Before naysayers run to the comment section, allow us to acknowledge the faults in the experiments above. First, one or two cans of non-alcoholic beer obviously won’t be enough to kill you. Anyone who tries an experiment like that described above clearly isn’t trying to stay sober, nor do they put too much value on their health. In other words, they aren’t the type of person who would read this article. And concerning the threat of relapse, some readers might know recovering alcoholics who drink non-alcoholic beer with no issue. Do such individuals prove that non-alcoholic beer poses little to no risk? Or are they simply exceptions?
According to some, alcoholics have good reason to drink the occasional non-alcoholic beer. For instance, drinking non-alcoholic beer in a social setting might minimize the risk of peer pressure.
The Risks Of Peer Pressure
Imagine yourself at a work-related convention or similar networking event. At these types of industry shindigs, a lot of attendees conduct the bulk of their networking at the bar. This means that avoiding the bar could mean missing out on a potential opportunity. Similarly, you might one day need to attend some other important social event such as a wedding or high school reunion. Such events certainly don’t require you to drink, but you can expect that the liquor will be flowing freely.
In such cases, one might argue that non-alcoholic beer provides two distinct benefits. First, those who don’t recognize the brand name might assume the beverage to be an actual beer. This means that they won’t ask the alcoholic in question why they’ve chosen not to drink for the night. If you pour the beverage into a cup or a glass, nobody at all will be able to tell the difference. One might not expect to encounter peer pressure in the adult world, but it both can and does happen. Non-alcoholic beer provides the alcoholic with a preventative solution. Frankly, it isn’t required that you keep a glass in your hand at all. Unless your favorite part of social gatherings is getting to use the restroom at a fancy event hall, it’s perfectly acceptable to just drink nothing.
The Pressure We Put On Ourselves
Secondly, those who drink non-alcoholic beer at social gatherings might feel less out of place. For many of us, peer pressure pales in comparison to the pressure we put upon ourselves.
We heap social pressures upon ourselves that don’t really exist, essentially creating excuses to drink. It’s far better to do away with this sort of thinking, but a non-alcoholic beer is a far less dangerous way of caving in than resorting to the real thing.
Many alcoholics might also defend non-alcoholic beer on the basis that numerous other foods and beverages contain trace amounts of alcohol without threatening our sobriety.
For instance, people drink kombucha due to its many alleged health benefits. What some people might not know is that the fermented cultures in kombucha can result in trace amounts of alcohol. If improperly stored, the drink might even contain more than 0.5% alcohol, although rates this high are uncommon.
On top of that, other fermented foods and fruit juices (and even ripe fruit, in some cases) may contain similar traces of ethanol—a natural by-product of fermentation. Add this to the number of entrees and desserts commonly cooked and prepared using alcohol, and a person might easily ingest alcohol on-a daily basis without even knowing it. In this context, non-alcoholic beer doesn’t seem so threatening.
Making Your Own Decisions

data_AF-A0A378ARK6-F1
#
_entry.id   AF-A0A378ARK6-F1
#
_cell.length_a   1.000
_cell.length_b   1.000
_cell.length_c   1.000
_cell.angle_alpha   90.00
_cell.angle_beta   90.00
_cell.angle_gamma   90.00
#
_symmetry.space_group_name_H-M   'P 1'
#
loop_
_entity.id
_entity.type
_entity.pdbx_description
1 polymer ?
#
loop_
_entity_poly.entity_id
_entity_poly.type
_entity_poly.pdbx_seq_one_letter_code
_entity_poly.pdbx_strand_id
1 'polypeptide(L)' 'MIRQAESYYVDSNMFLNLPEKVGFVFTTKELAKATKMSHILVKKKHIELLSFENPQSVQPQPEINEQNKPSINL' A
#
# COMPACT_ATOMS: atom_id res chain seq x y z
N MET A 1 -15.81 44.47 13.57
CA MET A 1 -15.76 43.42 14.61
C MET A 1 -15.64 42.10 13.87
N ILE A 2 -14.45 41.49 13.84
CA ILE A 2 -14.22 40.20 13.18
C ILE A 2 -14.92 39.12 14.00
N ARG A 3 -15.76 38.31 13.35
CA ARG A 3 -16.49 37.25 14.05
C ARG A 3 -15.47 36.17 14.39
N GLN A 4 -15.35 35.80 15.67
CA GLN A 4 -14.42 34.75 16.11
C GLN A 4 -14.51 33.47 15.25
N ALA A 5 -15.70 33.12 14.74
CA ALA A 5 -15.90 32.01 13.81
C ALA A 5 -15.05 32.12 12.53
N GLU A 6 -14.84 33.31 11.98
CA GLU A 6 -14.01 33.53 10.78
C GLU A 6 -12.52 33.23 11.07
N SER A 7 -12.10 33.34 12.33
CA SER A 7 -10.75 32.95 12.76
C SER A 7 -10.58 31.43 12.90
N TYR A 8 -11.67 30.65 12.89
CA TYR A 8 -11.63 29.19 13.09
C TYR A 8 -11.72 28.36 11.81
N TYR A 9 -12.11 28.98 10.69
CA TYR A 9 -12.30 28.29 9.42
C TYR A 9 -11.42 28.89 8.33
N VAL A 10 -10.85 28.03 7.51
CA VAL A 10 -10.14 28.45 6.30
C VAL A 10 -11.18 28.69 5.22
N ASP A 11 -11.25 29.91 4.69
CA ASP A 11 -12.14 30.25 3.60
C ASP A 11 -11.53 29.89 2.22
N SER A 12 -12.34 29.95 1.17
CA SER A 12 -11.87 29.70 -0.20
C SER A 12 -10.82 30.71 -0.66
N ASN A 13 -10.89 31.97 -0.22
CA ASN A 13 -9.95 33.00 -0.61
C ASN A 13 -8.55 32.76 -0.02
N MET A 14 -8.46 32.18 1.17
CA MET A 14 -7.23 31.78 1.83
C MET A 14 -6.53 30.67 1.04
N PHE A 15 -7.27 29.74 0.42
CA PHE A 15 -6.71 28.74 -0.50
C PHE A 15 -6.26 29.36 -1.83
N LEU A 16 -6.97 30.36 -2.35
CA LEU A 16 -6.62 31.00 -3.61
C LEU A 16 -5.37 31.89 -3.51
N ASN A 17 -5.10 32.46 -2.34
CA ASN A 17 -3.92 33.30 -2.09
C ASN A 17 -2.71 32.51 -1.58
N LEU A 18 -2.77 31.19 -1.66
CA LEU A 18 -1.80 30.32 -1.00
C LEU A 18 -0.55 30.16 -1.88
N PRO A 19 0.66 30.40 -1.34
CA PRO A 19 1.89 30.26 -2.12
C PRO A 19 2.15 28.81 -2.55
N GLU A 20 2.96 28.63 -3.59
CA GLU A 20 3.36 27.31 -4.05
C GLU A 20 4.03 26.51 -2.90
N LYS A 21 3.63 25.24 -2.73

By now, you should know enough about the pros and cons of non-alcoholic beer to begin forming an opinion. Perhaps this opinion falls in line with the views you held prior to reading this article. Or perhaps you’ve surprised yourself a bit by changing your tune. But don’t finalize your decision just yet. Before you do, we’d like you to consider a few things:
First, we’d like you to consider your motivation for reading this article in the first place. Was it simple curiosity? Or did you come here looking for an excuse to drink fake beer? There’s no shame in admitting the latter, but it’s still important to recognize.
Go to a few AA meetings and you’ll hear a common saying: “Sit in a barbershop long enough, and eventually you’re going to get a haircut.” In other words, spending too much time around alcohol will eventually lead to drinking. It’s one thing to drink non-alcoholic beer at-the occasional convention.
But if you came here looking for an excuse to sitting at the bar every night without relapsing, you might be playing with fire. The fact that something can be done does not always mean that it should be.
Choosing Non-Alcoholic Alternatives
While the familiarity of non-alcoholic beer might seem like a comfort, for others, it might come too close for comfort. If you’re concerned about being triggered by non-alcoholic beer, it might be best to look for alcohol-free options that don’t smell or taste like the subject of your addiction. For instance, a virgin piña colada is just coconut milk and pineapple juice and might seem like a perfectly suitable alternative. However, if this used to be your drink of choice, going with the virgin option might be doing you more harm than good. The same also goes for sodas that were used as mixers in drinks you used to regularly consume. Just be careful that you aren’t courting temptation by choosing something too similar to the beverages you used to favor when drinking.
Ultimately, choosing to drink non-alcoholic beer or not is a highly personal decision. There is no right or wrong answer and whether you feel you can safely consume it without jeopardizing your progress is entirely up to the individual. If you’re only recently recovered or still battling with cravings, non-alcoholic beer might do more harm than good. If you’ve sober for decades, you might feel more secure in your ability to stop yourself if things get out of hand. Be honest with yourself and if in doubt, stick to good old-fashioned water.